Tidal claims Prince was a co-owner as rights stoush heads to court
As the trial date for the case between Prince’s NPG Records and music streaming service Tidal gets nearer, Billboard reports that Tidal’s parent company has come up with a new defence.
Tidal’s co-owner, the Swedish-based Aspiro AB, served new court papers which claimthat Prince was actually a co-owner of Tidal.
Last November, in its move to get Prince on all the streaming services, his estate claimed that Tidal had no right to put 15 of his albums up for streaming.
It added that the new studio album Hit n Run that the late superstar agreed to licensingwas only for a 90-day deal.
Aspiro AB now raises up an Equity Term Sheet dated July 19, 2015 wherein the superstar “became an artist equity-owner of Tidal and received additional consideration.”
As a result, it argues, Prince was obliged to give his entire catalogue to Tidal to stream.
This is just one of court cases surrounding Prince since his death last April.
Two of his likely heirs, sister Tyka Nelson and half-brother Omarr Baker, last month took action against Bremer Trust, the bank which a court temporarily chose to administer the estimated US$300 million Prince estate for the past year.
The pair said that two executives that Bremer had hired to make money from Prince’s assets and struck a number of licensing deals – veteran entertainment attorneys L. Londell McMillan and Charles Koppelman – had mismanaged last October 13’s tribute concert in Minneapolis.
They claimed that the concert announced major acts before they confirmed and had to be moved to a smaller venue in the end.
They also alleged they have not been paid a guaranteed $7 million from the show.
Bremer distanced itself, insisting it was not liable for McMillan and Koppelman’s actions. It also said that Prince’s family had played a major role in putting the show on, and needed to take part responsibility.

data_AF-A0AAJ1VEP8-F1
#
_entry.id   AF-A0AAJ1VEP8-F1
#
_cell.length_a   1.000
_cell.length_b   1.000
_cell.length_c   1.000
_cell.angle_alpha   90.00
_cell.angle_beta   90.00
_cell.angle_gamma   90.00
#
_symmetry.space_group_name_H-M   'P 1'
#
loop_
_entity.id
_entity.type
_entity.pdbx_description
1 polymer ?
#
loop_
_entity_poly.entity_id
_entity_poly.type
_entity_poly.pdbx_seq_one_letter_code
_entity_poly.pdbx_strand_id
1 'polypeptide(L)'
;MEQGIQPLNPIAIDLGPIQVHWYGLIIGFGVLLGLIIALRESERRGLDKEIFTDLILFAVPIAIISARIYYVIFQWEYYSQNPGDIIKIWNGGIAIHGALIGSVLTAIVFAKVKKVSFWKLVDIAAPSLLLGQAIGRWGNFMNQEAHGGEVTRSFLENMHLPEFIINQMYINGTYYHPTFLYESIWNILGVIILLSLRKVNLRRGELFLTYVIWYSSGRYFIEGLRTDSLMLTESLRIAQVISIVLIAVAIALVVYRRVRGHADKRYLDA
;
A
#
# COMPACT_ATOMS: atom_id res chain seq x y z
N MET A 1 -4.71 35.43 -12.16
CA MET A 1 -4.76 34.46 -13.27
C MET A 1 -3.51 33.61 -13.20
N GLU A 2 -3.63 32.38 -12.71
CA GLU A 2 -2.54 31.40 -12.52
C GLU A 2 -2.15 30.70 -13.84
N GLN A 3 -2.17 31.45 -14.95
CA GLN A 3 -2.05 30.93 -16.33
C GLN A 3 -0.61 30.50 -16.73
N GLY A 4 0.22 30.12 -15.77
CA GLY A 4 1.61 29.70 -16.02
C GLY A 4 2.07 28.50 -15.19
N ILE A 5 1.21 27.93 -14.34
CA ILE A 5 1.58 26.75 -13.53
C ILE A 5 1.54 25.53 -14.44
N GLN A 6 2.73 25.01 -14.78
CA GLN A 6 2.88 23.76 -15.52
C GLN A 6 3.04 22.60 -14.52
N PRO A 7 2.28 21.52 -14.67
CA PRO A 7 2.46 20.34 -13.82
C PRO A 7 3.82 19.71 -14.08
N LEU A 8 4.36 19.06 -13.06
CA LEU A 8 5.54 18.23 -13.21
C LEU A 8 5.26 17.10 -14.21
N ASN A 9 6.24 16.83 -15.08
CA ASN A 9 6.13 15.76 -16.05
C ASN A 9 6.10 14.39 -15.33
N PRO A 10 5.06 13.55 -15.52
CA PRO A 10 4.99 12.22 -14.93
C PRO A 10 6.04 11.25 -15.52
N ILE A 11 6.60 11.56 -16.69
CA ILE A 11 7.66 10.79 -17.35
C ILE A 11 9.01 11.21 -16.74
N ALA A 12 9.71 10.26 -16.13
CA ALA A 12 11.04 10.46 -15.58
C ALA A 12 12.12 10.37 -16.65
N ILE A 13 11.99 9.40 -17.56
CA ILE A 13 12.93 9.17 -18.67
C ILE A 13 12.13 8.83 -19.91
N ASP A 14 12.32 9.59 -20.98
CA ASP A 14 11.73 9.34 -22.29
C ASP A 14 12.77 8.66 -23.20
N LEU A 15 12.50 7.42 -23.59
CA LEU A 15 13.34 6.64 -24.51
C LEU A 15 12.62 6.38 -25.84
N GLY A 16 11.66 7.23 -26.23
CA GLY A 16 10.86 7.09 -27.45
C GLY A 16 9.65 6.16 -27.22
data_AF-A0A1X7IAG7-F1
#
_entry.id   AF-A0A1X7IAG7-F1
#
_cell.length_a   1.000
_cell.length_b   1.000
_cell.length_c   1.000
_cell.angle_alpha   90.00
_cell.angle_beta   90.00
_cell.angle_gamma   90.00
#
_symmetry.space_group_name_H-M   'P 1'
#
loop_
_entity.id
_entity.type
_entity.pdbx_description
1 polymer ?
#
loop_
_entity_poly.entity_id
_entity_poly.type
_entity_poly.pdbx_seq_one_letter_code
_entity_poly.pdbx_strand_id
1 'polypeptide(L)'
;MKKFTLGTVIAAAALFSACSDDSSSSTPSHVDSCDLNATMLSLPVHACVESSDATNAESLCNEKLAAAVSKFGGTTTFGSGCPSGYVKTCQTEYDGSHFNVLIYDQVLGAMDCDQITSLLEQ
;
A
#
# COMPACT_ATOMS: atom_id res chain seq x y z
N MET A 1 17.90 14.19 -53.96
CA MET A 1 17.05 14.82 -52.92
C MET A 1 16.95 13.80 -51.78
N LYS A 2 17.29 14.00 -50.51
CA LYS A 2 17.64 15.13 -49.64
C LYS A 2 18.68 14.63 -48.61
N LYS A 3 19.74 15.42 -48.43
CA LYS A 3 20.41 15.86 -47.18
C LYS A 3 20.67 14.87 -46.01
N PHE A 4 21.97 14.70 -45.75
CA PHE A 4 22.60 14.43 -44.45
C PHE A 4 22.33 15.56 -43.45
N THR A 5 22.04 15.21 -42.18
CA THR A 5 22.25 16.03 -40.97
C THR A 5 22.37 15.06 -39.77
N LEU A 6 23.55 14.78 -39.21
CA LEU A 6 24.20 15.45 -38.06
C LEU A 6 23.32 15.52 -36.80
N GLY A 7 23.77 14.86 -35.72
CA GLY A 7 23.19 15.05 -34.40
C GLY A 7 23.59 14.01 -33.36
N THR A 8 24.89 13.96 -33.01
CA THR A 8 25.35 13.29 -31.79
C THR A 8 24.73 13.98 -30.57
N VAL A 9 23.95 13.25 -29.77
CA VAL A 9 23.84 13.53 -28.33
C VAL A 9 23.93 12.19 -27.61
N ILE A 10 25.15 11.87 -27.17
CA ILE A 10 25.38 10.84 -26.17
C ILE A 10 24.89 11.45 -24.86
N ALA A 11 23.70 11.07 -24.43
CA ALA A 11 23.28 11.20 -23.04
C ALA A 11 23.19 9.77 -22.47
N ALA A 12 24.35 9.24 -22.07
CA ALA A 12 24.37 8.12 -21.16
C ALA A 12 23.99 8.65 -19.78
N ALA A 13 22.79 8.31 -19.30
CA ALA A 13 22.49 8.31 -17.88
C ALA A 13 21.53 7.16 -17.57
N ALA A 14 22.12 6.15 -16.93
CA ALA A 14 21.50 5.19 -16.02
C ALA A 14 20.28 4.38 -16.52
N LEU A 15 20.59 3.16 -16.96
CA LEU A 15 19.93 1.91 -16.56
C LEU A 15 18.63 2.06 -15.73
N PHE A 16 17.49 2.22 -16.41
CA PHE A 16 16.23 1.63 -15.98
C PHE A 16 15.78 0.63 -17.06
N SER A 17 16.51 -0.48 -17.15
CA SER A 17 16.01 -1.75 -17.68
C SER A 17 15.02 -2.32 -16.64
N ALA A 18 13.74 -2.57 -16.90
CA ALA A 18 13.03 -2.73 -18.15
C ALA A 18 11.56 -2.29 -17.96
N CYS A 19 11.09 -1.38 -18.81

Bremer had earlier indicated that it would not apply to represent the estate after the court appointed period. Comerica Bank and Trust N.A. took over permanently last month.
Nelson and Baker are applying for Bremer to be ordered by a court to continue its relationship with the Prince estate until this issue is sorted out.
Last month too, a US judge also gave Tidal the green light to make a claim on the bank for an advance that the Jay-Z led streaming service allegedly gave Prince in exchange for the rights to distribute four of his final recordings.
Only two of these, Hit and Run: Phase 1 and Hit and Run: Phase 2, went to Tidal. Phase 1 came out in September 2015, just after Prince pulled all his music from other streaming services.
However, the judge refused Tidal its demand to scrutinise the licensing agreements finalised by McMillan and Koppelman.
The company had claimed it had exclusive rights to Prince’s material, that no permission had been given to strike these deals, and that they could compromise agreements that Tidal could make in the future.
In a further issue, last November, the Prince estate and Universal Music announced a partnership where the major label would gain rights to Prince music.
Tidal maintains that it still has exclusive streaming rights to Prince’s music.